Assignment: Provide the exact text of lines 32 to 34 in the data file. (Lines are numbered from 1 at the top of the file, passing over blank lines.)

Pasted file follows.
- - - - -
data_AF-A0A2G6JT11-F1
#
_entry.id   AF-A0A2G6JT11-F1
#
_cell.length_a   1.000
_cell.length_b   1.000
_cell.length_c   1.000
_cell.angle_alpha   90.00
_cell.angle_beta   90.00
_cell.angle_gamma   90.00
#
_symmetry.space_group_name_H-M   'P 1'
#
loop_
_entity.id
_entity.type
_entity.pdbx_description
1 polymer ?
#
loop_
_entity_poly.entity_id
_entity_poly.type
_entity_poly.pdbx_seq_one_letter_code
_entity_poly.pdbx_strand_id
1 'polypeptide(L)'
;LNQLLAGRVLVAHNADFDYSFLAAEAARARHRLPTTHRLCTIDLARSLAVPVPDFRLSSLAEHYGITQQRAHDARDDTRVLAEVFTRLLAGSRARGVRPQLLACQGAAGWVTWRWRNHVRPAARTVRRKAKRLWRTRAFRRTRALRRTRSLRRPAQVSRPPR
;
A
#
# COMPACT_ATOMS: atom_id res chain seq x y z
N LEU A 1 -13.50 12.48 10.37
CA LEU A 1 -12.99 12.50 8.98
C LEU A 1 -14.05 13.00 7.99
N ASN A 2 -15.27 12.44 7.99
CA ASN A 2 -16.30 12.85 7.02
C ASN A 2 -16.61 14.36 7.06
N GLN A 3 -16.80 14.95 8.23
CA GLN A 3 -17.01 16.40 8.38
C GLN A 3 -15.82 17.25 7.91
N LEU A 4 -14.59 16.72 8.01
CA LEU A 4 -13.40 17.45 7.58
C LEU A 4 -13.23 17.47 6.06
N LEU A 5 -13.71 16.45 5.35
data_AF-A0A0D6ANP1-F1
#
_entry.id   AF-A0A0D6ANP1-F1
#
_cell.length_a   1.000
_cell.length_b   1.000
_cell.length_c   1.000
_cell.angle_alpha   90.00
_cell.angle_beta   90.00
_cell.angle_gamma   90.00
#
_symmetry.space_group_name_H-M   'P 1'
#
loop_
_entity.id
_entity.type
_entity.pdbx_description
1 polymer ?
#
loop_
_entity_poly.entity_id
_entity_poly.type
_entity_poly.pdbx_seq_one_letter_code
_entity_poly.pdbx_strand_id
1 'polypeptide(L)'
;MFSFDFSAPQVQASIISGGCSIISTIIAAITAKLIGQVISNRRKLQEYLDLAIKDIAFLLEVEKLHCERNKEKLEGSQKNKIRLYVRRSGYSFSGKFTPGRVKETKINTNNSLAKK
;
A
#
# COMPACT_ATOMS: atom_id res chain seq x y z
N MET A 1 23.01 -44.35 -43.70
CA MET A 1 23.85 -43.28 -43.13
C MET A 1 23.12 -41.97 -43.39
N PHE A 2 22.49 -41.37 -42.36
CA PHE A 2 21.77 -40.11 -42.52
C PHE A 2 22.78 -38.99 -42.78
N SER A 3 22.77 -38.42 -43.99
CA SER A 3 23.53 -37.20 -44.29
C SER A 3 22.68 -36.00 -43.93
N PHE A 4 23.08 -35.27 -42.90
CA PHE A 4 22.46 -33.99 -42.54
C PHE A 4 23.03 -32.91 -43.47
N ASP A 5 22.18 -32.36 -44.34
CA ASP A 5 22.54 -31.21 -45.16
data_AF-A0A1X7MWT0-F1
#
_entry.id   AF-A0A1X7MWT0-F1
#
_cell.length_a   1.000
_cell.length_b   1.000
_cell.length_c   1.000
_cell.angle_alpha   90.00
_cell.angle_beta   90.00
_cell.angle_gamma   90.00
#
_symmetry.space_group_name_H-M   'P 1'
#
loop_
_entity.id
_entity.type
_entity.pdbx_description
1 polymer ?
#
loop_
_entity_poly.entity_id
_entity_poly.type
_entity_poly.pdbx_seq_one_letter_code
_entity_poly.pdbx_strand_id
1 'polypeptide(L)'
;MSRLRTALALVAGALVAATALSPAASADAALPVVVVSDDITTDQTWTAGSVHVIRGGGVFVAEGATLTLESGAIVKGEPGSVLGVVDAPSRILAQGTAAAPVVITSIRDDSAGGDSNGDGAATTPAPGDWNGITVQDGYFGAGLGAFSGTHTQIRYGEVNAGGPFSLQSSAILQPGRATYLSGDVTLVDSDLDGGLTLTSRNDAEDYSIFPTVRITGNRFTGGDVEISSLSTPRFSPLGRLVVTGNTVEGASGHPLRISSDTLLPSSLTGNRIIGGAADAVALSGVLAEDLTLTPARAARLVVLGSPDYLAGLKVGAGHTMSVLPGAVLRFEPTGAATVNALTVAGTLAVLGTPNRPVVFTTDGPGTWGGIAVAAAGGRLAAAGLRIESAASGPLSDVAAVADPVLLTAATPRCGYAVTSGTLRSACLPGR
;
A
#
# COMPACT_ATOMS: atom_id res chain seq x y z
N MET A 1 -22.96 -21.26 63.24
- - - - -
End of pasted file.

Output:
CA LEU A 1 -12.99 12.50 8.98
C LEU A 1 -14.05 13.00 7.99
N ASN A 2 -15.27 12.44 7.99